In British English the hallway is but another name for corridor.
Collins Dictionary states that a hallway is a hall or a corridor whereas in American English, it is defined as “a passageway or room between the entrance and the interior of a building”; an alternative term for an entrance hall
The largest room in a British school is often a hall, it may have a stage where school awards, prize-giving ceremonies, concerts, shows and school plays are held. It may also be used for social events–after school hours–such as dancing, jumble sales, and for parents’ evenings (also called parent-teacher meeting).
The term hall has a much larger use:
3. COUNTABLE NOUN [oft noun NOUN] A2
A hall is a large room or building which is used for public events such as concerts, exhibitions, and meetings.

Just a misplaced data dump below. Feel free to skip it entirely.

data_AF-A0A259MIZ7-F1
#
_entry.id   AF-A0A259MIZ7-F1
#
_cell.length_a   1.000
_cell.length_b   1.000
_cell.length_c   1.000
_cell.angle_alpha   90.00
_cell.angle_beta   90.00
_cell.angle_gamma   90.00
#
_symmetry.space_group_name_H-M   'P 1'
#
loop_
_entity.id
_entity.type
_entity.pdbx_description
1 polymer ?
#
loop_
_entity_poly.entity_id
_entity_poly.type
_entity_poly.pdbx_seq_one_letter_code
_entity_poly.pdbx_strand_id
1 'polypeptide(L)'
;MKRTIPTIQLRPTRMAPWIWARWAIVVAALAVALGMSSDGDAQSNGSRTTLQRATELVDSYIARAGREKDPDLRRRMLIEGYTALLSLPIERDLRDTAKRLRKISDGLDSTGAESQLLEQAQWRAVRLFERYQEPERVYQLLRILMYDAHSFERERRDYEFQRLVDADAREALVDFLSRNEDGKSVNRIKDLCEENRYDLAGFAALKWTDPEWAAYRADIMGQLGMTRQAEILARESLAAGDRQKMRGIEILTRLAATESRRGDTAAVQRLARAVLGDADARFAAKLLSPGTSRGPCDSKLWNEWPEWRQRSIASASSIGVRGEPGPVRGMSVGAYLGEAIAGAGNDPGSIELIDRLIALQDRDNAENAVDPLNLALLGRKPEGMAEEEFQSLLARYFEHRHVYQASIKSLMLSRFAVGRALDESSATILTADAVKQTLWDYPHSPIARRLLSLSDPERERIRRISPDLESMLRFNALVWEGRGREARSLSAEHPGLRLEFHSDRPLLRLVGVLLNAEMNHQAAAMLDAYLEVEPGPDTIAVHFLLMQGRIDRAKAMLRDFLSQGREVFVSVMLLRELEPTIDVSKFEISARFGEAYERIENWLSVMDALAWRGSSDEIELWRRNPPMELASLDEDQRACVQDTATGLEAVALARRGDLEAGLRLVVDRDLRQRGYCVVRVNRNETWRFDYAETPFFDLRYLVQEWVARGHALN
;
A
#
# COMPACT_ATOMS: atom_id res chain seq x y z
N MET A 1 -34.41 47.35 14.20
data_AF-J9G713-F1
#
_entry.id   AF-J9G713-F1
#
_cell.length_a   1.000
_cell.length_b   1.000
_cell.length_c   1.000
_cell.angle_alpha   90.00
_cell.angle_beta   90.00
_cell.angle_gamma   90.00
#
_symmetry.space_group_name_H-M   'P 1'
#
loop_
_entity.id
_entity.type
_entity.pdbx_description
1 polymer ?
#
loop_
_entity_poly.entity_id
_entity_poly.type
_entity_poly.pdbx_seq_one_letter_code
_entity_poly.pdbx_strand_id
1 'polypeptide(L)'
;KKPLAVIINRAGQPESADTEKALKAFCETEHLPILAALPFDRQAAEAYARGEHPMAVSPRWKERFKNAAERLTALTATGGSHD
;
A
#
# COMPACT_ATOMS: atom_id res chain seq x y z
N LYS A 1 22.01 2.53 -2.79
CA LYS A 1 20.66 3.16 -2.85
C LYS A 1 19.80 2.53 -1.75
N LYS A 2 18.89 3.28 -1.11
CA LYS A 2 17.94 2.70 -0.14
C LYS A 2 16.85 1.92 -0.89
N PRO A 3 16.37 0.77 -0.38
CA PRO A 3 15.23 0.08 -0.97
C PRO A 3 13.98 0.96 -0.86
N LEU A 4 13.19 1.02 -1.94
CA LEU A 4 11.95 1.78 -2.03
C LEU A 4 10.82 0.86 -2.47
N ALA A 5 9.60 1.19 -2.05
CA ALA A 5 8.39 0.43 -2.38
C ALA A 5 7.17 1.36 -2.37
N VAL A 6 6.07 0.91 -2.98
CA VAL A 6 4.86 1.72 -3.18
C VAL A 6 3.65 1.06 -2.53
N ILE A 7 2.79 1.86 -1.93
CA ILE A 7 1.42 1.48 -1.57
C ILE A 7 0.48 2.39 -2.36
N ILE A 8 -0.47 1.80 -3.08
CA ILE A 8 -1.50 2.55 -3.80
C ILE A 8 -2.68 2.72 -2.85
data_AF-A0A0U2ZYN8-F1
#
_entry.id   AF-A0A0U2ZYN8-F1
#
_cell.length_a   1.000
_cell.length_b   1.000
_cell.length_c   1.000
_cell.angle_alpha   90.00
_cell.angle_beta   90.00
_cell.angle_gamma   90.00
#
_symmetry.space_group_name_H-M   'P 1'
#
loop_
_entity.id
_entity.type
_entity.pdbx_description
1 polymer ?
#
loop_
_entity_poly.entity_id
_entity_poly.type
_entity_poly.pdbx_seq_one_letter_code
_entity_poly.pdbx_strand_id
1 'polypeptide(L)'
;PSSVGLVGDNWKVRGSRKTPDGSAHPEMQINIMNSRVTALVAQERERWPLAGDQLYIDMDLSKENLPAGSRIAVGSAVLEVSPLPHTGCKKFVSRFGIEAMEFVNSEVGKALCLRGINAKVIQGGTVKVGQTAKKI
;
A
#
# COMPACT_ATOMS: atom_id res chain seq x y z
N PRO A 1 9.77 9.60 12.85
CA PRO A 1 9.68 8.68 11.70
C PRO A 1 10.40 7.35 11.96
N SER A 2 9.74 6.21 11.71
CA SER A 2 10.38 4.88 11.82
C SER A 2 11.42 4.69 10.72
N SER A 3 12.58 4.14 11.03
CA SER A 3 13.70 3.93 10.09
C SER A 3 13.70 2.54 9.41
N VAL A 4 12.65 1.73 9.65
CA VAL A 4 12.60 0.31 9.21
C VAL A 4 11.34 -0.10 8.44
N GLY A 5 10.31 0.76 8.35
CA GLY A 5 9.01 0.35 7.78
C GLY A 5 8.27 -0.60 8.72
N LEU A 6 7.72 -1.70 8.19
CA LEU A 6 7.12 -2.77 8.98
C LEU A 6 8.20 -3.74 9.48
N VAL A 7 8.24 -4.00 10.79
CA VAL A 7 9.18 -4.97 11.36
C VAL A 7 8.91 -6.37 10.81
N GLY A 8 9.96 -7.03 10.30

• Its 300 inhabitants will be celebrating with a dance in the village hall.
• We picked up our conference materials and filed into the lecture hall.
• His five-night residency at London's Royal Albert Hall was a tour-de-force.
Synonyms: meeting place, chamber, auditorium, concert hall, assembly room
Some grammar schools in the UK will have a main hall, a sports hall, and finally, a dining hall where students and staff eat lunch. Students who attend a boarding school full-time, will have all their meals there.
The Main Hall hosts assemblies, plays, shows and talks. The Hall has a fully equipped stage and tiered seating. It has full sound and lighting equipment which provide great ambience and atmosphere during productions. (Stockport Grammar School)
When the hall is mostly empty–sometimes it is without a stage–it can be called the “assembly hall”
- a very large room used to hold public meetings, to stage shows, etc
- a very large room in a school that is used for regular meetings of students and staff